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VerbEdit

let go (third-person singular simple present lets go, present participle letting go, simple past and past participle let go)

  1. Used other than with a figurative or idiomatic meaning: see let,‎ go.
    Please, Mom, can you let me go to her party?
  2. (intransitive, with of and transitive, with object before go) To release from one's grasp; to go from a state of holding on to a state of no longer holding on.
    • 1913, Joseph C. Lincoln, chapter 6, in Mr. Pratt's Patients:
      He had one hand on the bounce bottle—and he'd never let go of that since he got back to the table—but he had a handkerchief in the other and was swabbing his deadlights with it.
    You're hurting him! Let him go!
    Let go of the phone.
  3. To emotionally disengage or to distract oneself from a situation.
    • 2010, Gary Haymes, Go Beyond Stress
      You are supported, so you can just let go and relax. Inhale and slowly exhale.
  4. (euphemistic) To dismiss from employment.
    The secretary didn't work out, so her boss told her she was being let go.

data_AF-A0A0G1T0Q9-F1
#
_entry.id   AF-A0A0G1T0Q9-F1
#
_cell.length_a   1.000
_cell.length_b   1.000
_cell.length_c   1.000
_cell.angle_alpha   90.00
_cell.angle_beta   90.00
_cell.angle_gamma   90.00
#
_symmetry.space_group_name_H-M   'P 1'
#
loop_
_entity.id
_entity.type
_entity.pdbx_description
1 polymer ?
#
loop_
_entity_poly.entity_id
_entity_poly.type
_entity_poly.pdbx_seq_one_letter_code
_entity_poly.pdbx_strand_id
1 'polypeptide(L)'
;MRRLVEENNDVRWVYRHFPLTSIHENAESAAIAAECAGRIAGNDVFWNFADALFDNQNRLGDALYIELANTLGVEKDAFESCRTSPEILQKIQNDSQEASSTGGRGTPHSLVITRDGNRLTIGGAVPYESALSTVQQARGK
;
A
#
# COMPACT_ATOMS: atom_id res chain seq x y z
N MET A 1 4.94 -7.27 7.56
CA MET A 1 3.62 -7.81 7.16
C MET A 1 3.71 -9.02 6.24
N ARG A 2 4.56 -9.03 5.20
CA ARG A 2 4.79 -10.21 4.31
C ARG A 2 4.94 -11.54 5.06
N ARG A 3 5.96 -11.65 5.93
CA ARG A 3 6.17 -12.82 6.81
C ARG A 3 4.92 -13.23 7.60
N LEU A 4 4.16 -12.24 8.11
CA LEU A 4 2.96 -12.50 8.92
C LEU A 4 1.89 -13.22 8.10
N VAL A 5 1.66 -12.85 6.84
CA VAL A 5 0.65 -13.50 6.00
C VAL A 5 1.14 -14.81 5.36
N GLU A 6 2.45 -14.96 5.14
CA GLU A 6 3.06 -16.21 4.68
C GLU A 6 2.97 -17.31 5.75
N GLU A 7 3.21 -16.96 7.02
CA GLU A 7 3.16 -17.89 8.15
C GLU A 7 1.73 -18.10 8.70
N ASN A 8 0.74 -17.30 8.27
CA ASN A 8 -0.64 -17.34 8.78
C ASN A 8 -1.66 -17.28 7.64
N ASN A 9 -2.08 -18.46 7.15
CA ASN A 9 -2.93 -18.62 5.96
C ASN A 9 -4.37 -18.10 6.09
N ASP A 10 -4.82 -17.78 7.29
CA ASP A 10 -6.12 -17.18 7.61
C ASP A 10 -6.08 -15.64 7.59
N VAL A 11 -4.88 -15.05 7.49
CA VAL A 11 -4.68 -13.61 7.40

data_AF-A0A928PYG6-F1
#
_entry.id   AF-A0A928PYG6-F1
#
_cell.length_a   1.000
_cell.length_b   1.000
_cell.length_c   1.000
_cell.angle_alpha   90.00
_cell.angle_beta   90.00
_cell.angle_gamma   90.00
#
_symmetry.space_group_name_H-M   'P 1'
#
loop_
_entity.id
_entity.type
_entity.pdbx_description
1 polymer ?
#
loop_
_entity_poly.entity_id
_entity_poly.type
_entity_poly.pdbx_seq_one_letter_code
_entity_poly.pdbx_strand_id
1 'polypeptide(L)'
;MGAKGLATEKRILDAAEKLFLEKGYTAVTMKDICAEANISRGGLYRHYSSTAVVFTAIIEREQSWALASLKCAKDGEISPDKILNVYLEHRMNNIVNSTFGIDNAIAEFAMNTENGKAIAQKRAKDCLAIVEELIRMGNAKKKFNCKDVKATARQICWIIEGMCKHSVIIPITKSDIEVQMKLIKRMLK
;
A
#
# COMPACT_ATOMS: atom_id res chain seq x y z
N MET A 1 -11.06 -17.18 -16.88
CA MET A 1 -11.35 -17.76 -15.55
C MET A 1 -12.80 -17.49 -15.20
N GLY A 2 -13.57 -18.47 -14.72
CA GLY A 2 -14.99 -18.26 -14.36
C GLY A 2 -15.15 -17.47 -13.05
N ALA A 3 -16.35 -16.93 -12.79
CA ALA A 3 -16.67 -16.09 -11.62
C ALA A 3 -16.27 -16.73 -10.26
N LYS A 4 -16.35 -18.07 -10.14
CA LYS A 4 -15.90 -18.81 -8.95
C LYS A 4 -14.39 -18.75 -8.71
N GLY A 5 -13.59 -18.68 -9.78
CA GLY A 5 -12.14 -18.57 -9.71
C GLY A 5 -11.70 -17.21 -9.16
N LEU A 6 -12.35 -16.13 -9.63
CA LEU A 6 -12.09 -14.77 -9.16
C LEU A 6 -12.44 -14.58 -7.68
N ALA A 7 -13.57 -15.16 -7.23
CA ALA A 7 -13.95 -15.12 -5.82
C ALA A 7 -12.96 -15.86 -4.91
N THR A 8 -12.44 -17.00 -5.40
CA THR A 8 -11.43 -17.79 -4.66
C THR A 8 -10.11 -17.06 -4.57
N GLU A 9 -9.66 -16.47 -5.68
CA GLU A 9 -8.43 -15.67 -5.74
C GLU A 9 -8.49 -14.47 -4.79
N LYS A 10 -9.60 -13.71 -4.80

• 2017 October 14, Paul Doyle, “Mauricio Pellegrino yet to find attacking solution for stuttering Southampton”, in the Guardian[1]:
      Puel was let go in June despite leading Southampton to their first major final for 14 years and an eighth-place finish in the Premier League. But apparently his style was too boring and some players and many fans disliked his method, so he had to go – fair enough but look at them now.
  5. (euphemistic, transitive) To fail to maintain a standard of appearance, behavior, or performance.
    1. (euphemistic, usually reflexively) To gain weight
      Wow, dude! You've really let yourself go this time!

SynonymsEdit

TranslationsEdit

The translations below need to be checked and inserted above into the appropriate translation tables, removing any numbers. Numbers do not necessarily match those in definitions. See instructions at Wiktionary:Entry layout#Translations.

SynonymsEdit

  • (no longer hold on): leggo (imperative)